Stuart Ramsay led us through a progression of three malts. The first, Kilbeggan, is a relatively inexpensive blended whiskey ($18). It expressed what I think of as a typically "Irish" quality--wet and smooth. The distillery has the distinction of being the oldest in the world (1757). Smokiness enhances the beer, and although it seems robust enough in the mouth, it goes down like sweet springwater--gentle and cool. You could do a lot worse than bringing a bottle of this to a party. The Islay-Talisker crowd might like a bit more oomph, but they'd still enjoy this. Others, scared of whiskey, might drawn in via this malt.
Next we tried Tyrconnell, named for a racehorse that came in at 100-1, and a malt sold in the US prior to Prohibition. Whereas the Kilbeggan was solidly Irish, Tyrconnell begins a journey north across the Irish Sea toward Speyside. Still a gentle malt, but one with a more Scotch-like character. It's still sweet, though, and I don't know that you would mistake it for a Scotch.
Finally, we come to Connemara Peated Single Malt, and our journey to Scotland--at least via the flavor routes--is complete. In fact, Connemara takes us past the tamer malts all the way to Islay. It's full of peat and smoke and that characteristic band-aid. In my notes I wrote a single word: Islay. That this malt is so close to a Scotch shouldn't be a surprise, apparently. Ramsay gave us a history of whiskey, describing how it traveled from Ireland to Scotland in the 11th Century. So perhaps we shouldn't jump to any conclusions about which malt is influencing which.
In addition to the cask Amber, brewer John Harris served two beers, one brand new, and one very old (older than the whiskies, as it happened). He led off with Keelhauler, the brewery's first Scottish ale. John's goal was to create a drier version of a Scottish, and not a huge bruiser. What he came up with is a teak-colored beer with a slightly smoky, malty aroma. It had more hops than most Scottish ales (later, John pointed out to me that the style guideline is pretty broad)--though it was by no means bitter. I found it lush, rich, a bit toasty and nutty. Very nice. It went well with the course.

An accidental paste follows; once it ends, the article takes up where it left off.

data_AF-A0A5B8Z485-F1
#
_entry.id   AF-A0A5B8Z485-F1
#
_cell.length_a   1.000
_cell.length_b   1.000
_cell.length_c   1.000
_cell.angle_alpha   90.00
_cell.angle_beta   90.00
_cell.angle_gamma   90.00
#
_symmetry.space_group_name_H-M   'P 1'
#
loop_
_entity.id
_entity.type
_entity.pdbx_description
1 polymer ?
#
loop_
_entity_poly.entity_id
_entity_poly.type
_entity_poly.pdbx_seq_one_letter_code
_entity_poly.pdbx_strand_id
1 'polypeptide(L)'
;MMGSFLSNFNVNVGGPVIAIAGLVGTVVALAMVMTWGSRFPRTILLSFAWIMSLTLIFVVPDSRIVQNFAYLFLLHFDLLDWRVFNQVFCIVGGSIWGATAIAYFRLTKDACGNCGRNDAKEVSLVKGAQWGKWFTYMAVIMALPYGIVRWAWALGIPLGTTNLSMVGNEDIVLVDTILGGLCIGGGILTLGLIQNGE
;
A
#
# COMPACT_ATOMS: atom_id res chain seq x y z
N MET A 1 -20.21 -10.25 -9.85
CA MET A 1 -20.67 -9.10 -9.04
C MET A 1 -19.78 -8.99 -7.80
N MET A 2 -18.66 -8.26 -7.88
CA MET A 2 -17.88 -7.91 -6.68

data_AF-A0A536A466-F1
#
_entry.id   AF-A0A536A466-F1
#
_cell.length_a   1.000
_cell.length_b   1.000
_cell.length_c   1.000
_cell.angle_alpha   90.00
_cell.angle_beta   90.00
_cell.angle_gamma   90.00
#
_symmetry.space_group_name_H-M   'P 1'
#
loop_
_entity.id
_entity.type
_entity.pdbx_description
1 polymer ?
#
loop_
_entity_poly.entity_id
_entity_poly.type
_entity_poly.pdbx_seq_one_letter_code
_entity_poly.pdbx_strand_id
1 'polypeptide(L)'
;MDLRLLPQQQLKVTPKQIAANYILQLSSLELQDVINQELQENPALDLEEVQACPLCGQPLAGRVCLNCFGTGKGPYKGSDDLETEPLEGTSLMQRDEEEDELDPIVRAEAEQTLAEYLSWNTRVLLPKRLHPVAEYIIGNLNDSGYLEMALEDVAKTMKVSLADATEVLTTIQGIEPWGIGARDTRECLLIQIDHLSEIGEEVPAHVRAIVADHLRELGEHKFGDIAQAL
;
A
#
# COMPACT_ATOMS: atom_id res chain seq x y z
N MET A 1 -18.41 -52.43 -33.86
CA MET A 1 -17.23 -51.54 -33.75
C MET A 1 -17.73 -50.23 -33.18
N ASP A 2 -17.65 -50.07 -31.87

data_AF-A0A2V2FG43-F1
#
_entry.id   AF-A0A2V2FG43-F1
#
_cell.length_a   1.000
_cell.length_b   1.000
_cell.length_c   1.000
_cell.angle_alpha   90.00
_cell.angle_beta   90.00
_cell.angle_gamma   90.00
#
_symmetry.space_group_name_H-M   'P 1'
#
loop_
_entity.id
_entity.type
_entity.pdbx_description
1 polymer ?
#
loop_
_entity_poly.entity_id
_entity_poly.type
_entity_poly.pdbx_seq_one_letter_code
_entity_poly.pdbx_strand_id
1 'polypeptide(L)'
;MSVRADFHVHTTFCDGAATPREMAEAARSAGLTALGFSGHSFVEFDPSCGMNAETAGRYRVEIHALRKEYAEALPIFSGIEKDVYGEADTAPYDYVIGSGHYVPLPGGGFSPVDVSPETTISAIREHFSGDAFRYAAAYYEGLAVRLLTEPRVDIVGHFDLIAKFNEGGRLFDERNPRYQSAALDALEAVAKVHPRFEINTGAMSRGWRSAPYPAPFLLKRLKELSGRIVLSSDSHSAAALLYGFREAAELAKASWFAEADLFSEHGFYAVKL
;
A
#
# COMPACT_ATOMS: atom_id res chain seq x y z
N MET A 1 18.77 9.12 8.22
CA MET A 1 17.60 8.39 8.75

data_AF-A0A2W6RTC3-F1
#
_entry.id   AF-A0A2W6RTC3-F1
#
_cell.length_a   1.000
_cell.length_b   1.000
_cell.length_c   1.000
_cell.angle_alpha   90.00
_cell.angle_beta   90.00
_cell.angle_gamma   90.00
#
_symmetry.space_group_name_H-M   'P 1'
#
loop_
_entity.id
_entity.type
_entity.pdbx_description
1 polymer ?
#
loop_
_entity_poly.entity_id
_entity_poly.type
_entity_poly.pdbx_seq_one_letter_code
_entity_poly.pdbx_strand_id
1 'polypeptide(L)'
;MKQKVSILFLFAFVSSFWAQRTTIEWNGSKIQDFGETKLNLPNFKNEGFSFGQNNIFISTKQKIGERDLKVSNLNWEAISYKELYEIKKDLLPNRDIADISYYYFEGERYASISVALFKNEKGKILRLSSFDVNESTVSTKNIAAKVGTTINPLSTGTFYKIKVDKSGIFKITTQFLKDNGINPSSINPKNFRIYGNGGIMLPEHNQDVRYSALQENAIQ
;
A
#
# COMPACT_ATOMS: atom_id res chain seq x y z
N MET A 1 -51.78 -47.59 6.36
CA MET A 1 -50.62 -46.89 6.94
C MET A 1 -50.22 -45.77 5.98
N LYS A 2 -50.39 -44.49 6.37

The other beer to mention--and I almost hate to, since only three kegs existed before last night (one remains)--was an 11-year-old Imperial stout John brewed back during the Clinton administration. He introduced it by describing what the intention was:
"We really wanted to get it up there--1.090 or more. We ended up doing three mashes. So like seven hours later, we were ready to put it in the kettle. But we kept having to shoot water in to keep from boiling it over. Who knows how strong it would have been if we hadn't added water. It's 9% now."It was an extraordinary beer. The aroma was fairly neutral--a bit of papery oxidation and plums. (Sometimes I write "dark fruit" to suggest a generic fruity quality. Not here; it was straight plum.) The flavor had that wonderful stewed quality aged beers get. The plum note was less specific in the flavor--I also got raisins and other unnameable esters. It was meaty and smoky yet not burly. Rather it was creamy and smooth as silk. A beer like that is in a sense priceless--I mean, three kegs and it's gone forever, what's that worth?--so I felt quite privileged to get it for the low, low price of $25. That they threw in the whiskey and food to boot was just damned nice of them.